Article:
Because the IPA concentration of the IPA layer 30 and the partial pressure of the IPA vapor 70 in the dry chamber 10 are constantly maintained, the IPA vapor 70 does not condense on the surface of the wafer 60 even on the portions of the wafer 60 exposed over the deionized water 40. This can provide a reduction in the amount of particles on the wafer upon drying the IPA. When the wafer 60 is completely exposed over the deionized water 40, an inert gas (e.g., nitrogen) may be blown onto the wafer 40 at the same location or at another location to dry the IPA completely.
With reference to
In place of the bubbling gas supply pipe system 200, the apparatus of
In further alternative embodiments according to the present invention, the IPA vapor supply systems described above (e.g., utilizing high and low bubbling gas sources 221, 222 or a bubbling gas source 320) may be replaced with an IPA vapor generator system that uses heat or supersonic waves to generate vapor for controlling the partial pressure of the IPA vapor in the dry chamber 10. The vapor generator system may include a supersonic wave vapor generator or a heater. The power or heat may be selectively controlled to vary the pressure of the IPA vapor supplied to the dry chamber to thereby implement the foregoing methods of drying a wafer.
The foregoing is illustrative of the present invention and is not to be construed as limiting thereof. Although exemplary embodiments of this invention have been described, those skilled in the art will readily appreciate that many modifications are possible in the exemplary embodiments without materially departing from the novel teachings and advantages of this invention. Accordingly, all such modifications are intended to be included within the scope of this invention. Therefore, it is to be understood that the foregoing is illustrative of the present invention and is not to be construed as limited to the specific embodiments disclosed, and that modifications to the disclosed embodiments, as well as other embodiments, are intended to be included within the scope of the invention.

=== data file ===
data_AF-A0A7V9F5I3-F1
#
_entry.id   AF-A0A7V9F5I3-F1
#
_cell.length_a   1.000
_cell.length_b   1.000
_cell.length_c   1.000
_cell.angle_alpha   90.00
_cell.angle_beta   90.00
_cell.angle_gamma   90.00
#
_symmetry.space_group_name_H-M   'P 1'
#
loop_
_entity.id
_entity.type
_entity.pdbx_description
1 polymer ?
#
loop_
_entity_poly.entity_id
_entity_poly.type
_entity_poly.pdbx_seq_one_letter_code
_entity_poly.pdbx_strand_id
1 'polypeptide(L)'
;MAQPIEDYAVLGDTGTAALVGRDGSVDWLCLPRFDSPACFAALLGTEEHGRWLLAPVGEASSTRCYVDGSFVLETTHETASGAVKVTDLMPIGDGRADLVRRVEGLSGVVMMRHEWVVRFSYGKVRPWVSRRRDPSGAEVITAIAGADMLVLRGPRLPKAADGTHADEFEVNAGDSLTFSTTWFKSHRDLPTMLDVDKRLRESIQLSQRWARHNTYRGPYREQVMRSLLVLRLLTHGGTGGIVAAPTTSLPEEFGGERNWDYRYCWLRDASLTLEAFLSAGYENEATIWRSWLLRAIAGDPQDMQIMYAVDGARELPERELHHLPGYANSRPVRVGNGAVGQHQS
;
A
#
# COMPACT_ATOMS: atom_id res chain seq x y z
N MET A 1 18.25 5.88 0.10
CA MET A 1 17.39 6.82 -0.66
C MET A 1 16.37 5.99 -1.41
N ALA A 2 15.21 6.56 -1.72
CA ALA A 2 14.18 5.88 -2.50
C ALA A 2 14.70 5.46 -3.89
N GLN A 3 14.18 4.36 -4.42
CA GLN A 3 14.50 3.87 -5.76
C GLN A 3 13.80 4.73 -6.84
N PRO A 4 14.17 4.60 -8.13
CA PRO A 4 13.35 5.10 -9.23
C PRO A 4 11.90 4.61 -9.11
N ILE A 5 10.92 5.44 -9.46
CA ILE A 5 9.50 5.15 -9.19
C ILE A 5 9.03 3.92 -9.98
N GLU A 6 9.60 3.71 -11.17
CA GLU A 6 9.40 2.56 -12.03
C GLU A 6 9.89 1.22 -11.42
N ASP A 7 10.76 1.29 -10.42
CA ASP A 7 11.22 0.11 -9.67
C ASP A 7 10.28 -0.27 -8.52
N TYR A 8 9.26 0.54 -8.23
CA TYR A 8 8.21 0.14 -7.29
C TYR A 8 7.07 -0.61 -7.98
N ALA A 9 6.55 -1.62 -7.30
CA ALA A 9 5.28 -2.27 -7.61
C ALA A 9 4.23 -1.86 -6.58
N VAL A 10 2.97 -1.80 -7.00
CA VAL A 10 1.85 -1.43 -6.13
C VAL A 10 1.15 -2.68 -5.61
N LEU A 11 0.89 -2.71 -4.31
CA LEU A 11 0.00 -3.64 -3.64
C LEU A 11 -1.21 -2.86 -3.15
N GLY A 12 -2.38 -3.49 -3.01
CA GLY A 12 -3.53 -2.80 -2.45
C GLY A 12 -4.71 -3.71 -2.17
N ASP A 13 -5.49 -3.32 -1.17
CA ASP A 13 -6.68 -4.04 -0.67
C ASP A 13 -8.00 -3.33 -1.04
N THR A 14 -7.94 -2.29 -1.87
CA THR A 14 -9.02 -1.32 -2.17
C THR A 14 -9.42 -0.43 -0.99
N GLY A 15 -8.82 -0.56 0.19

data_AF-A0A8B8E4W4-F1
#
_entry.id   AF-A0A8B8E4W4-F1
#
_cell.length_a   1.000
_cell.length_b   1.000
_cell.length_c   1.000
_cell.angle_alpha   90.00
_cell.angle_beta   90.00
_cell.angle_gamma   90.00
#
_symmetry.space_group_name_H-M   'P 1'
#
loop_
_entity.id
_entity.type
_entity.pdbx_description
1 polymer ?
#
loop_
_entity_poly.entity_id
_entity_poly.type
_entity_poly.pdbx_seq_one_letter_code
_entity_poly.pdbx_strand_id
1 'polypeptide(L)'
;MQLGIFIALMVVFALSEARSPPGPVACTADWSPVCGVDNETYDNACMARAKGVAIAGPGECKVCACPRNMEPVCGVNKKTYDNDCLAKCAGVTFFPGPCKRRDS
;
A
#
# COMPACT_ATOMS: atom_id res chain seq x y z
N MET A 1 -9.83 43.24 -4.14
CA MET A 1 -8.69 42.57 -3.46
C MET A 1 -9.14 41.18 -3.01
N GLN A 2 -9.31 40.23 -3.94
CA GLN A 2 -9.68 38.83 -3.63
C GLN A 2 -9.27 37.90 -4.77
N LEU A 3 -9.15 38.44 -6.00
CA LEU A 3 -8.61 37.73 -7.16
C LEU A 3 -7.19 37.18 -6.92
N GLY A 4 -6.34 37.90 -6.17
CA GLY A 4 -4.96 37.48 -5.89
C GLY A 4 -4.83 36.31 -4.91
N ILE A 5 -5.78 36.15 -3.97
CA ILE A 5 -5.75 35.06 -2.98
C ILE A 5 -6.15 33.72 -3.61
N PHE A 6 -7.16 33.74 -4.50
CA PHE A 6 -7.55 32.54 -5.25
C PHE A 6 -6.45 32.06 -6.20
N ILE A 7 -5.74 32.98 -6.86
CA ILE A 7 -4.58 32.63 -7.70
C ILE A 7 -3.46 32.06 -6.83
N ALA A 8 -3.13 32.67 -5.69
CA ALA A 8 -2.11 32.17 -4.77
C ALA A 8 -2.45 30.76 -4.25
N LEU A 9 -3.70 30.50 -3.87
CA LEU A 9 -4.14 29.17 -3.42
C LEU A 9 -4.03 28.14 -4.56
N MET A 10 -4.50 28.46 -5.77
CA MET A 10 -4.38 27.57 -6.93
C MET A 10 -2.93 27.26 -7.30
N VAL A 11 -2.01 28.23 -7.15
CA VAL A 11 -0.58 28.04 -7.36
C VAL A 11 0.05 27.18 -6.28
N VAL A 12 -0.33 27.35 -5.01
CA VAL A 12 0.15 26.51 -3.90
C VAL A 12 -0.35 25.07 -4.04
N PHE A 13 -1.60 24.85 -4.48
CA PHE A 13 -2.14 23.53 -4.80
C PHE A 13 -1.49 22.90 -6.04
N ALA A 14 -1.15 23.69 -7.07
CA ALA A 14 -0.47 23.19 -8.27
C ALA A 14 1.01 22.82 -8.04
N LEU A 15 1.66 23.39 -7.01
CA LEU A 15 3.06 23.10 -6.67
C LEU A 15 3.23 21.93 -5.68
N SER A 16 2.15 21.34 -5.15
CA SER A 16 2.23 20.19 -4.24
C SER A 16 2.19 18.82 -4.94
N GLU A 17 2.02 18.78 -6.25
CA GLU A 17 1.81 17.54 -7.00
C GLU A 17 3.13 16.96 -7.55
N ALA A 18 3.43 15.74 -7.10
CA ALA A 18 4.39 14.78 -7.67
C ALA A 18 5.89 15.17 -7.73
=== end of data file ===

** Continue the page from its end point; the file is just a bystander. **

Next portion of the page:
|Cited Patent||Filing date||Publication date||Applicant||Title|
|US5913981 *||Mar 5, 1998||Jun 22, 1999||Micron Technology, Inc.||Method of rinsing and drying semiconductor wafers in a chamber with a moveable side wall|
|US6095167 *||Jul 21, 1999||Aug 1, 2000||Micron Technology, Inc.||Rinse/dry apparatus including a chamber with a moveable side wall|
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|Citing Patent||Filing date||Publication date||Applicant||Title|
|US7581335 *||Nov 8, 2006||Sep 1, 2009||Tokyo Electron Limited||Substrate drying processing apparatus, method, and program recording medium|
|US20020072291 *||Oct 22, 2001||Jun 13, 2002||Alwan James J.||Flat panel display including capacitor for alignment of baseplate and faceplate|
|US20070084079 *||Dec 14, 2006||Apr 19, 2007||Xuyen Pham||Multi-zone shower head for drying single semiconductor substrate|
|US20070113423 *||Nov 8, 2006||May 24, 2007||Hiroshi Tanaka||Drying apparatus, drying method, substrate processing apparatus, substrate processing method, and program recording medium|
|U.S. Classification||134/26, 134/31, 134/30, 34/410, 34/404|
|International Classification||H01L21/00, H01L21/304|
|Cooperative Classification||Y10S134/902, H01L21/67034|
|Jan 8, 2002||AS||Assignment|
|Oct 23, 2008||FPAY||Fee payment|
Year of fee payment: 4
|Jan 7, 2013||REMI||Maintenance fee reminder mailed|
|May 24, 2013||LAPS||Lapse for failure to pay maintenance fees|
|Jul 16, 2013||FP||Expired due to failure to pay maintenance fee|
Effective date: 20130524